Donna Haugh from UCL gave a talk on web accessibility to my UCL class. It was very concise and very good. She began by reminding us that accessibility makes sense from a marketing viewpoint - allowing the maximum exposure to our web sites. She also made the point that the law requires reasonable adjustment to be made and did not set an absolute standard - she urged the use of disclaimers and offers of further help if all parts of the web site cannot be entirely accessible. But the offer should be made. The starting point should be an awareness of how the web can be accessed by those with accessibility problems using assistive technologies. These technologies mean that rollovers and dropdown menus might be particularly difficult. Other common problems include: the tab order as some navigate by using the tab key to find the next link; tables as the order may not be clear in an audio setting; contrast and screen resolution (make sure site looks good using 800 by 600 resolution. F

'And Did Those Feet'- Cultural Heritage Resources - final? web design?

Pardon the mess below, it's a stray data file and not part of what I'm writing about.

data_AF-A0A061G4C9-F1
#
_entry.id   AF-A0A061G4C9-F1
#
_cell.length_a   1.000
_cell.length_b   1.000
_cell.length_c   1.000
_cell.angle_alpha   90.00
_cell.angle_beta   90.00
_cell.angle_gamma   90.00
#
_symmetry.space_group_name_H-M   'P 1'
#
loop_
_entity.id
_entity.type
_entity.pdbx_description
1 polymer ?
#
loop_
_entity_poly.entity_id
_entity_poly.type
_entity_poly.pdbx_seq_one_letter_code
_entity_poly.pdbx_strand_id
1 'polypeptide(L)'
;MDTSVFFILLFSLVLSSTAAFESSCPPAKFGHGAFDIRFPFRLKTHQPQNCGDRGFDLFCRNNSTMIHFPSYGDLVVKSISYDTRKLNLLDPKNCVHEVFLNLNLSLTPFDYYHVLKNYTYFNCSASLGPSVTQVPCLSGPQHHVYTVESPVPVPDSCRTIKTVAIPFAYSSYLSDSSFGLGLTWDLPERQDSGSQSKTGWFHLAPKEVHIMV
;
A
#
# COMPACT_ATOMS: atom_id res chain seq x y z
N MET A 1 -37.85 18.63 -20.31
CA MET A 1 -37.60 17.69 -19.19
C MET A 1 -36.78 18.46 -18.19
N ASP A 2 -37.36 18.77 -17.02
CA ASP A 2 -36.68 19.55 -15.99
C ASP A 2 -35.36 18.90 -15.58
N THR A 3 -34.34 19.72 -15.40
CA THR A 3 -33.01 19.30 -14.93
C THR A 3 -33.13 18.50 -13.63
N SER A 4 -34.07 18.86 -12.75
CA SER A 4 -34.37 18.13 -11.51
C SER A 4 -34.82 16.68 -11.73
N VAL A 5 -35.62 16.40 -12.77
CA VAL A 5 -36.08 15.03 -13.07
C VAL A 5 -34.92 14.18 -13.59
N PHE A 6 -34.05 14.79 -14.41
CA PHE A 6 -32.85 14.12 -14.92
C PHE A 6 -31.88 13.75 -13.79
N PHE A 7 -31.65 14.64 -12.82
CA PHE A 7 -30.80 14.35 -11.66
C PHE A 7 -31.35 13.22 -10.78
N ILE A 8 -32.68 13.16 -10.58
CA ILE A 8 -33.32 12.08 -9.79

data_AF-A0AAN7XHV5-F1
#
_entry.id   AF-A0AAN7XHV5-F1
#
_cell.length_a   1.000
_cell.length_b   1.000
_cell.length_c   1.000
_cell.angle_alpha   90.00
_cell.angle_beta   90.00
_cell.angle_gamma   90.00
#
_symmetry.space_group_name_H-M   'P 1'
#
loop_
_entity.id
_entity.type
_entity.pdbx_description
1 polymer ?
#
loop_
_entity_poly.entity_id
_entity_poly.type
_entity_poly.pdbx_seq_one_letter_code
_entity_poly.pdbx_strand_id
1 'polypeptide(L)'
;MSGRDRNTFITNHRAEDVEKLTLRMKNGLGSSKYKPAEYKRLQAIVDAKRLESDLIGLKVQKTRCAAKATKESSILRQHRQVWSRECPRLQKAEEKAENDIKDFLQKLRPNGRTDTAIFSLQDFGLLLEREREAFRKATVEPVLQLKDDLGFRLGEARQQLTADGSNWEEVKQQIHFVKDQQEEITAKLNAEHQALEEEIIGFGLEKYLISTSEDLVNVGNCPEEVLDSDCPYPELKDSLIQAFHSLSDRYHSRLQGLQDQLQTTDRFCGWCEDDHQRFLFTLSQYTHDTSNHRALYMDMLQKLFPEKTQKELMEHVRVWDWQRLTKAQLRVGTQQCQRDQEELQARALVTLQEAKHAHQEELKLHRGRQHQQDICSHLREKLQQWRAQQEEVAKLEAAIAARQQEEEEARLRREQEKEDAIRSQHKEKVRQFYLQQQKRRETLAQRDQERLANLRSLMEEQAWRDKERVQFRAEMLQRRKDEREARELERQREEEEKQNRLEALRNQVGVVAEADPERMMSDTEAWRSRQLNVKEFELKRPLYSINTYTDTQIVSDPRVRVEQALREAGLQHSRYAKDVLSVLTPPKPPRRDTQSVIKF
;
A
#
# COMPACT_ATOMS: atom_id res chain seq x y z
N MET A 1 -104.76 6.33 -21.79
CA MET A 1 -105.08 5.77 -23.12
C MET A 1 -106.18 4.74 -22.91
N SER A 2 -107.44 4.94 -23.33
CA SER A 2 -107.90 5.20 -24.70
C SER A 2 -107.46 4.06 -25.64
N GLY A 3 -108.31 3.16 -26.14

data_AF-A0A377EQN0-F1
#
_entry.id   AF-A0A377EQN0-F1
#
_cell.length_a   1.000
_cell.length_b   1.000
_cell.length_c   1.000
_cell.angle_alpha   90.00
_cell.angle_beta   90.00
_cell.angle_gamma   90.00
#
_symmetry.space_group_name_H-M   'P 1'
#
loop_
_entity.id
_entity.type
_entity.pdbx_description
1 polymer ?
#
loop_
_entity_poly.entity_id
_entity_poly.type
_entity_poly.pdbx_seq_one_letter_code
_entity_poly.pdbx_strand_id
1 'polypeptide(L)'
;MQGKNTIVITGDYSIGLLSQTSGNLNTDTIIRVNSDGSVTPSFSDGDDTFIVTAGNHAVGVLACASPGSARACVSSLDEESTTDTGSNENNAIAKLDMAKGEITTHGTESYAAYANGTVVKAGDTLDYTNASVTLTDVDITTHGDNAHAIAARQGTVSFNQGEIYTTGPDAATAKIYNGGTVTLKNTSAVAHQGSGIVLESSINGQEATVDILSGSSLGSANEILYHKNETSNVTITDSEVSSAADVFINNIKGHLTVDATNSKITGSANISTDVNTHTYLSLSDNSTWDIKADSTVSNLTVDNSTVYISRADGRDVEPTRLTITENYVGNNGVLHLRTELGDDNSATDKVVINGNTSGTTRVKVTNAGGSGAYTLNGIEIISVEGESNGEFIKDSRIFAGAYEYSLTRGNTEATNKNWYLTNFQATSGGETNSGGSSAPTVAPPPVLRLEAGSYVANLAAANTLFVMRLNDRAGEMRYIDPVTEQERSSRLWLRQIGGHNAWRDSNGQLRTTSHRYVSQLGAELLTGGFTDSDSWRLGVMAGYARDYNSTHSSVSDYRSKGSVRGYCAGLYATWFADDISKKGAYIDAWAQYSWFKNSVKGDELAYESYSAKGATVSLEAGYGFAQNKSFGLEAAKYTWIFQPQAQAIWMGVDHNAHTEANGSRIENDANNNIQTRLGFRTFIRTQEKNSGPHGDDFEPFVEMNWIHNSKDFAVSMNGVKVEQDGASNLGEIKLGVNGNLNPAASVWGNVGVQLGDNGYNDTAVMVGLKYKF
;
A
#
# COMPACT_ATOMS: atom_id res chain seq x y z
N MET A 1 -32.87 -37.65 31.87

My final fight with CSS coding - managed to tidy up my web site a little, by moving the main nav bar to the top (as on BBC.co.uk) and a few other tweaks - it looks a bit better. Couple more bits of tidying up necessary, and then I might be able to concentrate on the content! And Did Those Feet - Cultural Heritage Resources - what we do

London Cultural Consortium

This is the committee of the great and the good directing the Culture of London under Ken's aegis. London Cultural Consortium

The Flude Medal a gift to the United States in 1785

My brother Stephen Flude, has a file on the subject John Flude of Gracechurch Street and the Dartmouth College medalgiven by him to the College in 1785. John Flude gave the medal to Dartmouth college as a memento of his regard for America - his friend Mr Grout conveyed it to the USA. This happened on 5th April 1785, only 9 years after the declaration of independence, so the USA was still a very political matter. The medal has a scene on it from Aesop's fables about a father not being reconciled with his son which I imagine was chosen as a metaphor of GB and the USA. There is a picture of the shop of Mr Flude at 3 Gracechurch St, (a trade card?) and John Flude was a silversmith come pawnbroker. John Flude was a subscriber to the American Subscriber. A Freeholder in the Innholders Company -1764 a liveryman. He is buried I think in St Mary-at-Lambeth, his widow was Hanna Flude, buried in Deptford 30/08/1823 There is a picture of the medal being wor